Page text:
Thursday, 12 April 2018

The Facts Of Lokon

"The Sharing of Flesh" also mentions Neuvamerica. (p. 685) (For full reference, see here.)

"...she bit her lips shut - blood trickled unnoticed down her chin - and drove the sled in silence." (p. 691)

If Evalyth does not notice the blood at the time, then should it be mentioned in a passage narrated from her point of view? The other way to impart this information is to tell us that she noticed it later.

Evalyth still drives her gravsled in pursuit of her husband's Lokonese murderer, Moru. See here. When she finds them, Moru, his wife and two sons resemble grotesque gnomes. Their appearance makes it easier for her to loathe them but this is not morally relevant.

Another fact is relevant. The Lokonese do not merely believe but know that their sons must eat human flesh if they are to become men. This is not a superstition to be condemned but a condition to be cured. Problem solved.

5 comments:

Sean M. Brooks said...

Kaor, Paul!

But first the Allied Planets expedition on Lokon had to DISCOVER that the universal cannibalism on that planet WAS necessary for mere survival, not a barbaric custom. And only Evalyth, thinking out of the box, discovered that.

Sean

S.M. Stirling said...

Cannibalism, especially the ritual variety, is a very old phenomenon; but it's never been universally prevalent. That ought to have been a warning sign, though it was disguised by the fact that there was only one (moderately) civilized state on the planet and the rest were all rather brutish hunter-gatherers.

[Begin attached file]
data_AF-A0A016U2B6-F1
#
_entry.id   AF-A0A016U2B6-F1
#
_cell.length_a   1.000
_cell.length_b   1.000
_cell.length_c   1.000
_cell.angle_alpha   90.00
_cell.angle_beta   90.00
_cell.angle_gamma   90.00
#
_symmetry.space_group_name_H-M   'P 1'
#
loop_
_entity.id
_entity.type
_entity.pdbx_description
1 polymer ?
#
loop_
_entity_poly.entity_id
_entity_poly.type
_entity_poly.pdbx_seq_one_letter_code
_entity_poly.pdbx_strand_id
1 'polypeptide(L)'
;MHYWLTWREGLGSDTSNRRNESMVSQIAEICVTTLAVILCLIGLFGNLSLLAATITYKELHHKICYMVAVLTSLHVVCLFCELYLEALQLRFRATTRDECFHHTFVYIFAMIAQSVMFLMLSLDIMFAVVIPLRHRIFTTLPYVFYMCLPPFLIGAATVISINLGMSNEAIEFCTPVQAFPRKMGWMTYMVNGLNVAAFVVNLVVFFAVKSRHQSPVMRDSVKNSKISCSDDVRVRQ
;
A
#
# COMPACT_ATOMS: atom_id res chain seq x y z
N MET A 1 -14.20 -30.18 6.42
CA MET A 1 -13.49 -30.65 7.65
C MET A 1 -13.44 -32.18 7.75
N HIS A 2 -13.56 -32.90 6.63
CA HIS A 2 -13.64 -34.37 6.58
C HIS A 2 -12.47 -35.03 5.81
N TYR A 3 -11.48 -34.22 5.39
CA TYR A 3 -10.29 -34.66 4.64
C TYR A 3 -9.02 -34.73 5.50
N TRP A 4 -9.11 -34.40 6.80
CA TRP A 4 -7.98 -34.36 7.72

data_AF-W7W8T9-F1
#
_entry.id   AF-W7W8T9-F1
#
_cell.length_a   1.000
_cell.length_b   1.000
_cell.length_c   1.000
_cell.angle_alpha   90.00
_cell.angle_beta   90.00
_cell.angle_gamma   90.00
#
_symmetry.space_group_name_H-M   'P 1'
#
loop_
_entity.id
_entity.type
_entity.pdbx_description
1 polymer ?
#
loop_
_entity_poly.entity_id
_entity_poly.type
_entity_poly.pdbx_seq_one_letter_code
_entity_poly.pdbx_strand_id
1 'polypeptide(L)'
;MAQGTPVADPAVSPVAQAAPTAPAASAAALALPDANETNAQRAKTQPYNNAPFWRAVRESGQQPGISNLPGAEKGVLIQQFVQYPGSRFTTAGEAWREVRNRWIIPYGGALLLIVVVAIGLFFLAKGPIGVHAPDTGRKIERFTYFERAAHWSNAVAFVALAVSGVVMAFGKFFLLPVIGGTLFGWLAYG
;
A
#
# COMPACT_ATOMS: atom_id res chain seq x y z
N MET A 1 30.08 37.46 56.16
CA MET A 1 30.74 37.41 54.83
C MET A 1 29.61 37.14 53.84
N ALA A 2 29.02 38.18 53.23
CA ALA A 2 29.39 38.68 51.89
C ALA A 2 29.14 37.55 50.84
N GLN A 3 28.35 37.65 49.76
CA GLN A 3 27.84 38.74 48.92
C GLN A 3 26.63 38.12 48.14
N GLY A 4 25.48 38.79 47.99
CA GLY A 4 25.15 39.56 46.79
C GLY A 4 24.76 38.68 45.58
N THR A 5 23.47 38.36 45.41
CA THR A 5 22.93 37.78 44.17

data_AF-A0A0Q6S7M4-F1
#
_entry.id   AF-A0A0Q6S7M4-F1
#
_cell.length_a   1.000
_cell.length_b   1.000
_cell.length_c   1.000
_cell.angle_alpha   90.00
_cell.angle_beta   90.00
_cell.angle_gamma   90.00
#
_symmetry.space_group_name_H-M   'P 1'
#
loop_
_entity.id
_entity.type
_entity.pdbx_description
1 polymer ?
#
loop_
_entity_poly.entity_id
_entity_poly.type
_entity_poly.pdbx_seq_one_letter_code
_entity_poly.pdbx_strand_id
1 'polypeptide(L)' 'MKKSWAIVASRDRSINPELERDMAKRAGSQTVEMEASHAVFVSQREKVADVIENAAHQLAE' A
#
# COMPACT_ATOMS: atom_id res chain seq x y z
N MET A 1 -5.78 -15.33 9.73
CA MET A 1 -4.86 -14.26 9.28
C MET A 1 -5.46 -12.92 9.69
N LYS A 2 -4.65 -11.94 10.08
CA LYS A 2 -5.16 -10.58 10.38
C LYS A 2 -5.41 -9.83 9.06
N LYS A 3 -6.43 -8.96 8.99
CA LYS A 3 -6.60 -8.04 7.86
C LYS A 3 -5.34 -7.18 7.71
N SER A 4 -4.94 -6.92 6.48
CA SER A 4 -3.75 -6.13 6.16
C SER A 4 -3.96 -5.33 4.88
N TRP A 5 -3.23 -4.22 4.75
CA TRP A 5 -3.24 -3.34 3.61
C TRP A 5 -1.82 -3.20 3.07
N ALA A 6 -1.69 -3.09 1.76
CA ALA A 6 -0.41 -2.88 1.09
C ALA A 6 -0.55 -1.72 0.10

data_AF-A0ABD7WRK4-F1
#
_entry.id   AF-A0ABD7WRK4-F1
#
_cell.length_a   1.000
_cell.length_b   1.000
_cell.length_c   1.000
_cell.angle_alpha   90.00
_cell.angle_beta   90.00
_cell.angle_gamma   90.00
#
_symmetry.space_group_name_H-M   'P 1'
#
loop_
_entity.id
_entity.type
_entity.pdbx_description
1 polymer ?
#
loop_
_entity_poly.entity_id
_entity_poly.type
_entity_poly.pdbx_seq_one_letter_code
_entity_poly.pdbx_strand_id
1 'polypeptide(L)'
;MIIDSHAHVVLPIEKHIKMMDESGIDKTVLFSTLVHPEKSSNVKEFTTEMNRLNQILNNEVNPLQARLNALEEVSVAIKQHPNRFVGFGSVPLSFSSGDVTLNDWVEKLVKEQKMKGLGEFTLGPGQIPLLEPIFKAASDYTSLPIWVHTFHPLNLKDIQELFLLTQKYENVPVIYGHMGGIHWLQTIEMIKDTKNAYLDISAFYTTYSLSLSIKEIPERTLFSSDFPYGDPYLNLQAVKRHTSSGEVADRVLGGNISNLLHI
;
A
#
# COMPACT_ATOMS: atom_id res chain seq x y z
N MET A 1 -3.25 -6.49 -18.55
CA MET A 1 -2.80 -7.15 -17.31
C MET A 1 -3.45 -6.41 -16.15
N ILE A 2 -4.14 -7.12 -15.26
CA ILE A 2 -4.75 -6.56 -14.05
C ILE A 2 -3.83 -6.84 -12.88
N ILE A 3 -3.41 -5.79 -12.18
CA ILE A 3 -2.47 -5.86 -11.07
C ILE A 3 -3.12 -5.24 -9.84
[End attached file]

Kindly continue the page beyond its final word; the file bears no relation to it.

It's significant that the hunter-gatherers were -so- uniformly primitive; the suspicion and feudism that compulsory cannibalism would produce would make that likely.

Sean M. Brooks said...

Dear Mr. Stirling,

Exactly! Again you made points I should have thought of as well. As should the other members of the Allied Planets expedition on Lokon. Someone should have asked himself sooner: "Why does EVERY tribe or nation on Lokon practice cannibalism, despite its disadvantages?"

Sean

S.M. Stirling said...

Especially as, if it was just a custom however deeply entrenched, editing it out would give the people who did that a massive survival advantage.

There has to be some physical factor, some selective pressure, maintaining the custom.

If you look at Mesoamerican civilization, for instance, where large-scale human sacrifice was present from very early times, you find the fantastic elaboration and gruesome scale the Conquistadores found in the early 1500's (*) accompanied severe population pressure and ecological problems.

Mexico's population in 1516 had reached a level that it wasn't to see again until the 1920's.

(*) they ate the bodies of the sacrifices, by the way.

Sean M. Brooks said...

Dear Mr. Stirling,

Yes, the "selective pressure" forcing ALL the Lokonese to practice cannibalism was the genetically transmitted flaw preventing boys from reaching sexual maturity on their own. They HAD to eat men in order to be able to have children.

I used to know online an ex Major of the US 82nd Airborne who was very read in history. And one of the things we discussed was pre-Conquest Mesoamerican cannibalism. Major Humphrey said that one big reason human sacrifice and then eating of the bodies of sacrificial victims was so widespread in this are was due to the sheer lack of food sources adequate for an urbanized society. There were no satisfactory and domesticated MEAT ANIMALS. People were largely dependent on maize and maybe some other crops. So, it was unsurprising that the Mesoamericans took to eating the bodies of human sacrificial victims. Protein is protein, after all, whatever the source!

But of course eating humans was disgusting and the Mesoamericans had to rationalize and excuse by working out elaborate religious justifications. Also, the introduction by the Spanish of cattle, swine, sheep, goats, etc., would do away with any need to eat people (assisted by their conversion to Christianity).

Sean